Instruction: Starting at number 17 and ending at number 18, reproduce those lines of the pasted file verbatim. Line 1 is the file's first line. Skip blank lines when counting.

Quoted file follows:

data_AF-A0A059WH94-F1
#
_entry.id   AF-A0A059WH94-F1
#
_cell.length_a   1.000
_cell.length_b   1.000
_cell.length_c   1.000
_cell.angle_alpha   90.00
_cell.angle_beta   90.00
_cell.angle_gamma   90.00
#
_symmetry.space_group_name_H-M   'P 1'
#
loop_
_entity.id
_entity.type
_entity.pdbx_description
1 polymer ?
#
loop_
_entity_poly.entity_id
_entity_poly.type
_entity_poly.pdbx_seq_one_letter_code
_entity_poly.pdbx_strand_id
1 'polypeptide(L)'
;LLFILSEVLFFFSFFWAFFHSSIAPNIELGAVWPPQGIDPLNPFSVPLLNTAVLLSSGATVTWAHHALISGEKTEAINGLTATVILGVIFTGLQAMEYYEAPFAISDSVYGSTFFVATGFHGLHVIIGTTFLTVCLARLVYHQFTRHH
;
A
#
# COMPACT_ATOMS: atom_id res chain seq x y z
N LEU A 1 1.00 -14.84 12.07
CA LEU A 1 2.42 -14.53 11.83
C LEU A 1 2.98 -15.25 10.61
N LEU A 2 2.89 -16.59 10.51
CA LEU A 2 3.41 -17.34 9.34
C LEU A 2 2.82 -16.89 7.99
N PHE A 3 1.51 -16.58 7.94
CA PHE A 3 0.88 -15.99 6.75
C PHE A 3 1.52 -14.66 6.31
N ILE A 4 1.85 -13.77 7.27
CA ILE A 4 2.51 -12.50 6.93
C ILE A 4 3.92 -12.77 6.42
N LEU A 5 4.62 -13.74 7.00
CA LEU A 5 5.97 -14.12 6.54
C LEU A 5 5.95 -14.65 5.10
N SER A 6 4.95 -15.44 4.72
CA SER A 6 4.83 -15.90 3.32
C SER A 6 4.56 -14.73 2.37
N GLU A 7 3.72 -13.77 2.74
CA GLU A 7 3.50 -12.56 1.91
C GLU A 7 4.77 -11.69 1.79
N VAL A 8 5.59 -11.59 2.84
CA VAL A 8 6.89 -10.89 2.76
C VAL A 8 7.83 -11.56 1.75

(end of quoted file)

_entity.pdbx_description
1 polymer ?